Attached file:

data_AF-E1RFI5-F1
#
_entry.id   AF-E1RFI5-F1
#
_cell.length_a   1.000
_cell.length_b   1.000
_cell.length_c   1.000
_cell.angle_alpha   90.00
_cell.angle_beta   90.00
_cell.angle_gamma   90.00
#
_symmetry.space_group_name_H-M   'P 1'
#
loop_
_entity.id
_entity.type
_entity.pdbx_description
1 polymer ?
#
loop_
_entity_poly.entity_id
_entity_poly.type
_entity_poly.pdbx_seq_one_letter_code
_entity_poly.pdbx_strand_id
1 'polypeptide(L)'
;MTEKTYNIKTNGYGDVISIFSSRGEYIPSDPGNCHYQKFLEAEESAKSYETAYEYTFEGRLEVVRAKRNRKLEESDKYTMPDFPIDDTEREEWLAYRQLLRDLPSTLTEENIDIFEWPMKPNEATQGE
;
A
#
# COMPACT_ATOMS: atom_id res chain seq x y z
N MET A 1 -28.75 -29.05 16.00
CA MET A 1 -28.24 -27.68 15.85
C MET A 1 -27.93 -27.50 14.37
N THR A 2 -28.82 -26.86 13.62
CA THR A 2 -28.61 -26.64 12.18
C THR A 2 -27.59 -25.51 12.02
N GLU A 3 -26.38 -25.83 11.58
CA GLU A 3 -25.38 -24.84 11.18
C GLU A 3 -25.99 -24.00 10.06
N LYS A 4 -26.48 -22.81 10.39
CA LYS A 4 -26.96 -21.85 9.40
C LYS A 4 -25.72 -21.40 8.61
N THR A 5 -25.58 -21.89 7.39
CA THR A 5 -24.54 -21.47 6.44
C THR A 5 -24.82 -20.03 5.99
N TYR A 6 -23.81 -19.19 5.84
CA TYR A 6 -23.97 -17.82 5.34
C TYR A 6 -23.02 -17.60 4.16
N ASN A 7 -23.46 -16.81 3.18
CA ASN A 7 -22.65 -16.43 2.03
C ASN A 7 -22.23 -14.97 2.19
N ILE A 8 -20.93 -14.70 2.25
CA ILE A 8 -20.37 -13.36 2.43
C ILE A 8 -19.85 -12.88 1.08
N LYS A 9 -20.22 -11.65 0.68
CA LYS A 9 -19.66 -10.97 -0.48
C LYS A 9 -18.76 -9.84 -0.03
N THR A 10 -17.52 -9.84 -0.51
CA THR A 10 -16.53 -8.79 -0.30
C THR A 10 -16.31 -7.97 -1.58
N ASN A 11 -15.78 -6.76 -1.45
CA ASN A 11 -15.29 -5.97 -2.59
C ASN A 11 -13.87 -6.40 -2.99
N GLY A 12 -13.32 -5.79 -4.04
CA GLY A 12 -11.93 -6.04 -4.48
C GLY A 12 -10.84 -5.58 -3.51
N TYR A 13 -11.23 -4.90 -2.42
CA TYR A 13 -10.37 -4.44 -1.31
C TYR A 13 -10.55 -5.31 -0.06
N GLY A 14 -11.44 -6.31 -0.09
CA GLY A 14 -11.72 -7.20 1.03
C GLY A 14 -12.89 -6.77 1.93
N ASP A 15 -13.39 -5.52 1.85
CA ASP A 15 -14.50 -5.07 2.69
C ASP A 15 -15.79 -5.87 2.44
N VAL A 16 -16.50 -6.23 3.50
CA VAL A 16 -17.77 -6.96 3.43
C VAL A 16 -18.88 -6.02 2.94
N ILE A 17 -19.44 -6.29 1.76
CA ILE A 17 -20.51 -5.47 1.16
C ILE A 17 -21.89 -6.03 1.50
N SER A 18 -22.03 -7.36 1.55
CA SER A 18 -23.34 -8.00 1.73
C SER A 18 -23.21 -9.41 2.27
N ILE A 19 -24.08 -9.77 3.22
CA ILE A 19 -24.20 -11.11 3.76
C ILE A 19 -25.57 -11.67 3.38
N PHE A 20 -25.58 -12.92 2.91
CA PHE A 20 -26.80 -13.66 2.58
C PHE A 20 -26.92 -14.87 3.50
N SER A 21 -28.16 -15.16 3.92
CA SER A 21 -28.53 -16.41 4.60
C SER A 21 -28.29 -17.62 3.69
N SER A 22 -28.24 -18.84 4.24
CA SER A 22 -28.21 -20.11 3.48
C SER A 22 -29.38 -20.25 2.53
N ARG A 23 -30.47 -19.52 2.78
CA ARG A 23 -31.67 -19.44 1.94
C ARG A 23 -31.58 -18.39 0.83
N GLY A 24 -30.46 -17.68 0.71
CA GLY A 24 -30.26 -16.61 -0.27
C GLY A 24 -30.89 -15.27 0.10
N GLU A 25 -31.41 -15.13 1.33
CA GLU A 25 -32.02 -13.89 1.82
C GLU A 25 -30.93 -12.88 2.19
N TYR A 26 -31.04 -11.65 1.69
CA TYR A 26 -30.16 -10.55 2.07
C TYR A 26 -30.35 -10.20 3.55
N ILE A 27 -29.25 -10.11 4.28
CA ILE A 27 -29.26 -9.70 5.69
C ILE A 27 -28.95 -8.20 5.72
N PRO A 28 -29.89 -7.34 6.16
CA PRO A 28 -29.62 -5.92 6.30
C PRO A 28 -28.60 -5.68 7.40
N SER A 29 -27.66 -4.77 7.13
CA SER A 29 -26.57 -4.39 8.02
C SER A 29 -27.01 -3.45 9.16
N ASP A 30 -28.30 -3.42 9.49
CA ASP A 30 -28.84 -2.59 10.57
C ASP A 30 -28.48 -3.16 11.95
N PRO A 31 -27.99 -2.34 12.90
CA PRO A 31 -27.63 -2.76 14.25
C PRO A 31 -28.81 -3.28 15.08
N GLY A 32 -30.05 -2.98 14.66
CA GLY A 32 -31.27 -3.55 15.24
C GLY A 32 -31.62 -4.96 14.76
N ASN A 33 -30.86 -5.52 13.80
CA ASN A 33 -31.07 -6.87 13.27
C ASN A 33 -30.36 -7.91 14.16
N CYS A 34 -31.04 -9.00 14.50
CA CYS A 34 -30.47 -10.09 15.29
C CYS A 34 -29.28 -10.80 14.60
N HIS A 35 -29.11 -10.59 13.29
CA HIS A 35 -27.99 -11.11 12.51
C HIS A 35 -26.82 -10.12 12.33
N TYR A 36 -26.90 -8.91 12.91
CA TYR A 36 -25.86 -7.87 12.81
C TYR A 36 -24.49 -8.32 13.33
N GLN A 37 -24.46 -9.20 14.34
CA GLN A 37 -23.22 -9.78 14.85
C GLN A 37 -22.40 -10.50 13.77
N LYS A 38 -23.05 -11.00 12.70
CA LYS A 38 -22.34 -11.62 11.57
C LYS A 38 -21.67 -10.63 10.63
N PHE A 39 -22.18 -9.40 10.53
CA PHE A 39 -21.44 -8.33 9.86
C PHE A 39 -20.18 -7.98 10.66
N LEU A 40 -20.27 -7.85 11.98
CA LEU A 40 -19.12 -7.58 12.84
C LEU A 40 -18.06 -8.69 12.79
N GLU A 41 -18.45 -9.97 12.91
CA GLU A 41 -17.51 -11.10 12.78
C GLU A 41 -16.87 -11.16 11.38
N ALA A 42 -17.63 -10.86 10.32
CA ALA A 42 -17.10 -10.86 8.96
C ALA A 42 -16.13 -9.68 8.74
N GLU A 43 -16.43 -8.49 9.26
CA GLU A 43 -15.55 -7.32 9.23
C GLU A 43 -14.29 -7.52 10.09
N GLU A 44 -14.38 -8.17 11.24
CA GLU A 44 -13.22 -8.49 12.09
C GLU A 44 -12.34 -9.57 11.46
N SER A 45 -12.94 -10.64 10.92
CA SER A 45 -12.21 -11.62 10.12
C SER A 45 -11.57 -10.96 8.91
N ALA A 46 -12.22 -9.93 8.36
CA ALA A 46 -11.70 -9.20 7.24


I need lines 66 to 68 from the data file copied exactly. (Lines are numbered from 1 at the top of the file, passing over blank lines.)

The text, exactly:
C GLY A 12 -10.84 -5.58 -3.51
N TYR A 13 -11.23 -4.90 -2.42
CA TYR A 13 -10.37 -4.44 -1.31